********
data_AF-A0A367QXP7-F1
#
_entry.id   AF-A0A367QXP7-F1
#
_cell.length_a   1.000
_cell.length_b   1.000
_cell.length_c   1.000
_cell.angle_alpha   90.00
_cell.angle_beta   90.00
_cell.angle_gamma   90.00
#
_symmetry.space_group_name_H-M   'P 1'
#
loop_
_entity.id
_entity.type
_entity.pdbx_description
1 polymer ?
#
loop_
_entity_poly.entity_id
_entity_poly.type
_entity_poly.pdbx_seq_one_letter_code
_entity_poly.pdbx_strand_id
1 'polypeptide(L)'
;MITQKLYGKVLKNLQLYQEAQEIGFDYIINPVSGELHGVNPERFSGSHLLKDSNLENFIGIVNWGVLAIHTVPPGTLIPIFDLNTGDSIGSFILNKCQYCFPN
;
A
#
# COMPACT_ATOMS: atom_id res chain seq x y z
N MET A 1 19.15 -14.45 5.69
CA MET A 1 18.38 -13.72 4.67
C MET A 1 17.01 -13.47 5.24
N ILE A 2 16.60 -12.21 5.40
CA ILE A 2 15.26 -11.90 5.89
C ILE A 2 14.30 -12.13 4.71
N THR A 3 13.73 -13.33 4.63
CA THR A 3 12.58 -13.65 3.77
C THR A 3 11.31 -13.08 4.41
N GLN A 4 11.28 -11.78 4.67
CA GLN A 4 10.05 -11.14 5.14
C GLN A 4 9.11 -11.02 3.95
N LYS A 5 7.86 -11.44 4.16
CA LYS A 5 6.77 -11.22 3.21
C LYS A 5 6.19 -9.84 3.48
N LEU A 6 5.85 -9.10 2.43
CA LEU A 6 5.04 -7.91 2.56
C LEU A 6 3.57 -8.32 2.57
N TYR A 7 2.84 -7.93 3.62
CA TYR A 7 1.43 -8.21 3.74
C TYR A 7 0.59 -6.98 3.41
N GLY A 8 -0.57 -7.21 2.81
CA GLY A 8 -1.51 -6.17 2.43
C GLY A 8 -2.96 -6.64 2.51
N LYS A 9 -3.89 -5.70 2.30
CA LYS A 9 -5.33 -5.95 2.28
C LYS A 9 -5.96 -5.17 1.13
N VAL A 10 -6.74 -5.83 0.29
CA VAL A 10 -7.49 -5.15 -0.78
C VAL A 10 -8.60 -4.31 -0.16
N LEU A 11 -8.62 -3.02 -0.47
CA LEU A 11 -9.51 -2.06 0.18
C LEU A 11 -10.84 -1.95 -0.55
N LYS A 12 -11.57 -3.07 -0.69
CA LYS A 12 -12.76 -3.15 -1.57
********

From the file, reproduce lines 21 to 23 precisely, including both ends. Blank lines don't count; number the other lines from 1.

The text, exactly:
_entity_poly.entity_id
_entity_poly.type
_entity_poly.pdbx_seq_one_letter_code